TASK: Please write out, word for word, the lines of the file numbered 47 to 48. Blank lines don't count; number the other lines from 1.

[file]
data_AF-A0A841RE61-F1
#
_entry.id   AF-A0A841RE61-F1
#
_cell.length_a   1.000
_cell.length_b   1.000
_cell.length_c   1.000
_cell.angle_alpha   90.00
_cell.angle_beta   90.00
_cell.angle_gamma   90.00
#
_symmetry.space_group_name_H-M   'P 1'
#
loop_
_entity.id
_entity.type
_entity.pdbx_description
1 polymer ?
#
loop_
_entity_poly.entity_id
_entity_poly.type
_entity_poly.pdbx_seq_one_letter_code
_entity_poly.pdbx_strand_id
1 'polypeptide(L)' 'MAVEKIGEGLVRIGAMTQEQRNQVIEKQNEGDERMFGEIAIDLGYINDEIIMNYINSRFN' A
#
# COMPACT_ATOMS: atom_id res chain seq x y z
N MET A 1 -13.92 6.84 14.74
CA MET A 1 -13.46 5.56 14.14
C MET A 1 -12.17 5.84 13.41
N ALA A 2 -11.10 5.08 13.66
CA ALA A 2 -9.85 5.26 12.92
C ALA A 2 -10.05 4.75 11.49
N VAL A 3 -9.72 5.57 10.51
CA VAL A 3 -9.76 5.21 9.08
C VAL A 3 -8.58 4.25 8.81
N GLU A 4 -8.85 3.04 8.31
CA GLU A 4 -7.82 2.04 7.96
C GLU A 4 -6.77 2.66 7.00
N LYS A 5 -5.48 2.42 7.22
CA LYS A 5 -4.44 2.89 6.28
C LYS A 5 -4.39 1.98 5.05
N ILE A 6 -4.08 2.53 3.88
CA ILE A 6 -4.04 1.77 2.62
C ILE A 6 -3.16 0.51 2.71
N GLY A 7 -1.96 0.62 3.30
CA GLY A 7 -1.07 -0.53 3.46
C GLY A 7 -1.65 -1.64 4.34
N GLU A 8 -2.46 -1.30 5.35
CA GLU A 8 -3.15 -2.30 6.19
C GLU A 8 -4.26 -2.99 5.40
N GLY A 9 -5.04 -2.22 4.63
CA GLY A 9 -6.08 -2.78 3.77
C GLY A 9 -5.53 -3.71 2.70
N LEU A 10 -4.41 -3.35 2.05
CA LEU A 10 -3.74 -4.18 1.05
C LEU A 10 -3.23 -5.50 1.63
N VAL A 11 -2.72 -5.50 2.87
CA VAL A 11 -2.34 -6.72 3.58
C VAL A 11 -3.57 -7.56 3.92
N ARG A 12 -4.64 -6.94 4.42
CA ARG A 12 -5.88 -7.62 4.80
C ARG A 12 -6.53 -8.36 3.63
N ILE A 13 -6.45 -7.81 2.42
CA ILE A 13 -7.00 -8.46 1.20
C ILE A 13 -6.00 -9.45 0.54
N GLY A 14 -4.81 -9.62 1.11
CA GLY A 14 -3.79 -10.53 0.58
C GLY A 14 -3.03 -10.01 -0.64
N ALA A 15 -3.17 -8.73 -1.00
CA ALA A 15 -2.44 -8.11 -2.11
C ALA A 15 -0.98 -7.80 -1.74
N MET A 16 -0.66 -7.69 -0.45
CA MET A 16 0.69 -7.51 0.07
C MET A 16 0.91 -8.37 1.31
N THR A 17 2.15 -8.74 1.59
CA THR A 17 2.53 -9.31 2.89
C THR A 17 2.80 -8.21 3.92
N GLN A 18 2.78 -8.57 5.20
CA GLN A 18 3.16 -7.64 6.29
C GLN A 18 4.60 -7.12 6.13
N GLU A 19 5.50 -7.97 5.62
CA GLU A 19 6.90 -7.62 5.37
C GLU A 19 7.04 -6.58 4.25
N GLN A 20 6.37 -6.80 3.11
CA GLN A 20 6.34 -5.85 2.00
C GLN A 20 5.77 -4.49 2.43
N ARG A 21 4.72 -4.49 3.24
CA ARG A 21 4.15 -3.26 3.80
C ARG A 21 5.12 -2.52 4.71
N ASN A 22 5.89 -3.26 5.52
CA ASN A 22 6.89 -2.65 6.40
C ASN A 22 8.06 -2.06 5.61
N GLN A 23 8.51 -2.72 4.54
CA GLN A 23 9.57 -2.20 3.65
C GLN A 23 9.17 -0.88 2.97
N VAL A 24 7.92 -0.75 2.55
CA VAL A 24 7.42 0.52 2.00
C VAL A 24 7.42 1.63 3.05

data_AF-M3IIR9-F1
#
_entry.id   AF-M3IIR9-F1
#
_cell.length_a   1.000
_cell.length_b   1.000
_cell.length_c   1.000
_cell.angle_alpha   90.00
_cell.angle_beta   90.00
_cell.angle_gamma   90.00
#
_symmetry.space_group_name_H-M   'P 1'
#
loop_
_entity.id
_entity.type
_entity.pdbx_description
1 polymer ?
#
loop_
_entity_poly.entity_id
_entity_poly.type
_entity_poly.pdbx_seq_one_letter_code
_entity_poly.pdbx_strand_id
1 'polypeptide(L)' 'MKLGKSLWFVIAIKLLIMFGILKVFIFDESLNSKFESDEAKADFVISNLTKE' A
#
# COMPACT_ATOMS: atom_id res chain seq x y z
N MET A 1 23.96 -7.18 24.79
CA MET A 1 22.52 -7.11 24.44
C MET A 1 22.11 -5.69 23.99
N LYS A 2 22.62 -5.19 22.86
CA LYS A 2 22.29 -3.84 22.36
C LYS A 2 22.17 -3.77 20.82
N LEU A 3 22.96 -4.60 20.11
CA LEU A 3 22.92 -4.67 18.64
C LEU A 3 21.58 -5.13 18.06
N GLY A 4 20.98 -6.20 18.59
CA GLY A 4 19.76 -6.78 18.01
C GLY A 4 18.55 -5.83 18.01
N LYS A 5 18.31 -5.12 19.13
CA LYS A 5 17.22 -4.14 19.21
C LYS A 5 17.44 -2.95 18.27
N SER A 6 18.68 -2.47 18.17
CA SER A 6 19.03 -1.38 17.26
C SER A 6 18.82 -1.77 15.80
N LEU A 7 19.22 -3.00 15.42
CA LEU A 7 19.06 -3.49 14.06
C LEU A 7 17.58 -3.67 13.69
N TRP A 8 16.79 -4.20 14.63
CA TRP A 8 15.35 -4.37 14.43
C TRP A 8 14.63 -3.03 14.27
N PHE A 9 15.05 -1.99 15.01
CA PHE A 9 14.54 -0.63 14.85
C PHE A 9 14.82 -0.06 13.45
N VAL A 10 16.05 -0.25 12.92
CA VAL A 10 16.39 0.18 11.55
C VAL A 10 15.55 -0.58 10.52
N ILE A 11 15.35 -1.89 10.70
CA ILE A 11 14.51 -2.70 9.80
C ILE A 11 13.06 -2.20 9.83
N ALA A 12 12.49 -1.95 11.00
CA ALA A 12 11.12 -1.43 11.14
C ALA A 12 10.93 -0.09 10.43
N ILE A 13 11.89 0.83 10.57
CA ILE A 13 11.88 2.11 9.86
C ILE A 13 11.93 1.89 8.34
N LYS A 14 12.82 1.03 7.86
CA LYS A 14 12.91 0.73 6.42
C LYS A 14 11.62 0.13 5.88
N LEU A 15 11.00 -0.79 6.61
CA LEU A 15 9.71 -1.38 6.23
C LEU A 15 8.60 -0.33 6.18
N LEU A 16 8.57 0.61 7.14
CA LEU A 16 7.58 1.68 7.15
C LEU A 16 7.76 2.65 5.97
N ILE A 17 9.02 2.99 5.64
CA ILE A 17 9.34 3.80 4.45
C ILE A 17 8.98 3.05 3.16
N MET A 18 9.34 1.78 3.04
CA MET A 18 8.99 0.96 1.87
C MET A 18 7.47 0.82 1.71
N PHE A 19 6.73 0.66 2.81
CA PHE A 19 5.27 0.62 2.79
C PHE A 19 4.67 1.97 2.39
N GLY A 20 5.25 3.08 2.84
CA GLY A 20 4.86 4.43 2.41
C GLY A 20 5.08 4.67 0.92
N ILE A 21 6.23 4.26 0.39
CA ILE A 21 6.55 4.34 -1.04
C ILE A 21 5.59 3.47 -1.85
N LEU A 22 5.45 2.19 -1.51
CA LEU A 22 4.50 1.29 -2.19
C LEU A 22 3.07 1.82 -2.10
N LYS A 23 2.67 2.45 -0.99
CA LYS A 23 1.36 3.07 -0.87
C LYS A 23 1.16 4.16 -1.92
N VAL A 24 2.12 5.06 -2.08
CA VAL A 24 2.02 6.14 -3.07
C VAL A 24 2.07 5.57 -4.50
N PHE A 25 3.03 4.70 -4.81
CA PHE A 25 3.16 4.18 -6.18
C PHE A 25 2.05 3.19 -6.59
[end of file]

CA GLY A 7 -1.07 -0.53 3.46
C GLY A 7 -1.65 -1.64 4.34